Katuma River ecosystem set for restoration

INITIATIVES to preserve the Katuma River ecosystem and the indigenous Khaya anthotheca (Mkangazi) are gaining momentum in the Katavi region.

The indigenous Khaya anthotheca is classified as Vulnerable (VU) on the International Union for Conservation of Nature (IUCN) Red List of Threatened Species.

In order to stop further deterioration of the riverine system and save the tree from extinction, a project is currently underway that targets to plant 200,000 Khaya anthotheca trees in four villages along the banks of the Katuma River and in open spaces.

The Katuma Riverine has been designated as an important catchment for water conservation due to its importance in supporting local livelihoods through daily domestic uses and paddy farming, as well as wildlife in Katavi National Park.

Regardless of the significance of the ecosystem, human activities such as the encroachment of farming along the river banks, tree cutting for biomass and building, and overgrazing have wrought havoc on the ecosystem.

This has accelerated what Josiah Severre, Director of Green Agenda Tanzania, called the “mega environmental destruction” along the Katuma riverine, severely harming the ecosystem of Katavi National Park (KNP) and the Khaya anthotheca tree.

Green Agenda Tanzania is implementing the project in collaboration with Katuma Primary School and with the support of the ‘Tuungane’ Program of The Nature Conservancy (TNC).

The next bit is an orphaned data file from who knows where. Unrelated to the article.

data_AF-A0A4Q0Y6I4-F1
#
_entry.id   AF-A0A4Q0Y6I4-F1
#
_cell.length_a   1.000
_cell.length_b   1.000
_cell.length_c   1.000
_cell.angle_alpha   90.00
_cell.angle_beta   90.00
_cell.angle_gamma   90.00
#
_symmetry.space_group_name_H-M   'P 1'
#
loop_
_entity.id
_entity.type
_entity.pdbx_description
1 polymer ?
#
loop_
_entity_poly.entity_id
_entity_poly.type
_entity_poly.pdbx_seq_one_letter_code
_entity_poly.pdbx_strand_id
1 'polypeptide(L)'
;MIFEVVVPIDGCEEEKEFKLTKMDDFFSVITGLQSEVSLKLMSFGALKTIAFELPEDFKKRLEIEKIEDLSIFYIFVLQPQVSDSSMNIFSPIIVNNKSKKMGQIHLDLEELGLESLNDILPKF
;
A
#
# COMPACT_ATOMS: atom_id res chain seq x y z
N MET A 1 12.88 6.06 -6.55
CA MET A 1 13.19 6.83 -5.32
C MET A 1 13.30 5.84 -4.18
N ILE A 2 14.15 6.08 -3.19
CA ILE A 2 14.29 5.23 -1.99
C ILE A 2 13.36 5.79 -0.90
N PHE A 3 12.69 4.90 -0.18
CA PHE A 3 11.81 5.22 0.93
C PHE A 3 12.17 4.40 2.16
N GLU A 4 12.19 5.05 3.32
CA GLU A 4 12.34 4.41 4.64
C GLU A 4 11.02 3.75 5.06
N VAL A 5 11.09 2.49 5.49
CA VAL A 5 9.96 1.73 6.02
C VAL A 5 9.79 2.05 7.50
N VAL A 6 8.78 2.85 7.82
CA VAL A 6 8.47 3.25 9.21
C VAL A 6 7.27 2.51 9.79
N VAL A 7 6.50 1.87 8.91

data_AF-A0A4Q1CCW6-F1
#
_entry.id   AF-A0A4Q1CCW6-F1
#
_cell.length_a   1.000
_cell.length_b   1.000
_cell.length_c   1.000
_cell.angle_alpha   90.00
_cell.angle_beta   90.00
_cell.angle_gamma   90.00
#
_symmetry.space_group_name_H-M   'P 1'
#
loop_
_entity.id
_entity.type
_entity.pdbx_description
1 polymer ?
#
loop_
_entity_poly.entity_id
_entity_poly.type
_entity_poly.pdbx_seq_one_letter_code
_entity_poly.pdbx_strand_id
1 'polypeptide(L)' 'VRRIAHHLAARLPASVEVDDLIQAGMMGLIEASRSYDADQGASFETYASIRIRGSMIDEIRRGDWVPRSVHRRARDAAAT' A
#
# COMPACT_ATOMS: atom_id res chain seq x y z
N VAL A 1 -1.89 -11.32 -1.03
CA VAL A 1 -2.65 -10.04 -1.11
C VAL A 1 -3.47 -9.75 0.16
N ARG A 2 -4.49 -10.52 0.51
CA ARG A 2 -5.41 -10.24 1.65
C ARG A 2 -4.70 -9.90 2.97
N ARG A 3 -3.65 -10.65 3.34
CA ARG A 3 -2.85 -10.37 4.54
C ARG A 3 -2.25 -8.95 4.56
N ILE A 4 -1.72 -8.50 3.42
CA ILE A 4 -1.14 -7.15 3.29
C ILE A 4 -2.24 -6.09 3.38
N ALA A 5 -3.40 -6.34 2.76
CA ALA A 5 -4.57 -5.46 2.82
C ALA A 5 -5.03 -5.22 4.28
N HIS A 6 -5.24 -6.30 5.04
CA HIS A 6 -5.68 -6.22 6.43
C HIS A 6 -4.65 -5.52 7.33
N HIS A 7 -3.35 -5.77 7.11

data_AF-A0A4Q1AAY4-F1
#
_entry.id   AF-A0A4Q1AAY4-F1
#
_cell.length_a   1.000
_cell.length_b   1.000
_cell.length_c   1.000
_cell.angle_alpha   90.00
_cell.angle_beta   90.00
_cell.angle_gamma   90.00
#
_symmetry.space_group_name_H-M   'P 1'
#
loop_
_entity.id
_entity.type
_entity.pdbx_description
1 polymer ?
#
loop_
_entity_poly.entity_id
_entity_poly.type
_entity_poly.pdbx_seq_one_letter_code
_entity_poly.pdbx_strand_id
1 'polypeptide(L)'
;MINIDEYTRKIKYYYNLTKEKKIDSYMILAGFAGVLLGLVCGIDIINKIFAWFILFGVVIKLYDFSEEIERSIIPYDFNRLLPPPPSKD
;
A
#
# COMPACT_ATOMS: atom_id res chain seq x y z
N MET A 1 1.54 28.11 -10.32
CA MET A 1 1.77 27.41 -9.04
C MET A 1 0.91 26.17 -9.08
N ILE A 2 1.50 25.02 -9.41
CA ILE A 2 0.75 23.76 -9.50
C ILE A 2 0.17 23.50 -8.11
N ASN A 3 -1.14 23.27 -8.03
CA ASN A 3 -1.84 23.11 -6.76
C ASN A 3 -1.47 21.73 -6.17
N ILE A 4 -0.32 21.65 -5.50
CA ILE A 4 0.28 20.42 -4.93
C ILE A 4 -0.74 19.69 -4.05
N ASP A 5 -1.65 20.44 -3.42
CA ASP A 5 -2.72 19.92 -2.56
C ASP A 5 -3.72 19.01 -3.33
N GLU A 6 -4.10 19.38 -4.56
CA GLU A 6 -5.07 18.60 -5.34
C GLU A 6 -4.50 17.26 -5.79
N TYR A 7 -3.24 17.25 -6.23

The tree seedlings raised at a nursery established by the two partners will be planted in this fiscal year 2022–23.

The goal of the project, according to Severre, is to restore the natural vegetation in the ecosystem of the Katuma River, which was severely harmed by human activities, such as haphazard farming, farming along rivers, cutting down trees for waste, expanding and constructing homes, and arbitrary animal husbandry.

The Tanganyika District Administrative Secretary, Geoffrey Mwashitete, recently launched the planting of Khaya anthotheca species (Mkangazi) tree seedlings in Kapanga village.

According to the District Natural Resources Officer, Bruno Nicolaus, they recommended planting of Mkangazi tree because it is one of the tree species that are in danger of disappearing in the world.

He said regeneration of the tree is poor in places, especially where parent trees are scarce, and serious genetic erosion is believed to have occurred.

Some subpopulations are protected, and there are log export bans and feeling limits in some countries.

“The project plays two important roles: recovering the tree species that is threatened and resuscitating the Katuma River ecosystem,” he said.

The four villages where the project would be carried out are Kapanga, Katuma, Kamilala, and Mnyagala. Planting would be expanded to other villages along the Katuma River.

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